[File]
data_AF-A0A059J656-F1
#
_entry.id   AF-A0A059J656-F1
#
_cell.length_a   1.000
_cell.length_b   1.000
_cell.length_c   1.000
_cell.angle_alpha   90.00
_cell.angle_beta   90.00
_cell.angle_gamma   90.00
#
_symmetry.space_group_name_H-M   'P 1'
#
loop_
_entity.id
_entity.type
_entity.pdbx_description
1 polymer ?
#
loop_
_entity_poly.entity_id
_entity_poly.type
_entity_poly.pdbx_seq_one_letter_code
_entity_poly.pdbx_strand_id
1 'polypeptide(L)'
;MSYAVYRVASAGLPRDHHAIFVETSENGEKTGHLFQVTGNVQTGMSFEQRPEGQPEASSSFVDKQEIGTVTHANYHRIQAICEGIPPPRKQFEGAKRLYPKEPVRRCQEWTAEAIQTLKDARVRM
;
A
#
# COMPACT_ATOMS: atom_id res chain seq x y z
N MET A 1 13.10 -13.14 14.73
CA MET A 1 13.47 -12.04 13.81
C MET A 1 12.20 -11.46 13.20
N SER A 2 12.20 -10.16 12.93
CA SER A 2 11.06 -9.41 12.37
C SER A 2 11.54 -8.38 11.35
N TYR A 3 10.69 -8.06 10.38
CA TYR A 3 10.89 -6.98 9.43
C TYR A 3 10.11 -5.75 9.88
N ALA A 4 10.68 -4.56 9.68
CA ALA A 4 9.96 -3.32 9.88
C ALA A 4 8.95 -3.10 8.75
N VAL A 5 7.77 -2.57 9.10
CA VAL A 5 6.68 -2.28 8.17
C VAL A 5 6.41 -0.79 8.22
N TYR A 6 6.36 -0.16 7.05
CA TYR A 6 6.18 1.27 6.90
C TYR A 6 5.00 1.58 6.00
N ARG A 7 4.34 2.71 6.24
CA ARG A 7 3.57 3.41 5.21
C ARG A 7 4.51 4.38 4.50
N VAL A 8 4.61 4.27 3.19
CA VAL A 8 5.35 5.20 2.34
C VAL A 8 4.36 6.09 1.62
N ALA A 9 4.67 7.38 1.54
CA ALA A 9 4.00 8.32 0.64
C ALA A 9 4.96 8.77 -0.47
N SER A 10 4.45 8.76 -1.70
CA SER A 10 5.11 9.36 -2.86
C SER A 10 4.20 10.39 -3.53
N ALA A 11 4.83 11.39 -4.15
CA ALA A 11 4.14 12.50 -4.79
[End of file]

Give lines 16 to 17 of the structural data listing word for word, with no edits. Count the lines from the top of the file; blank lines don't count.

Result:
_entity.type
_entity.pdbx_description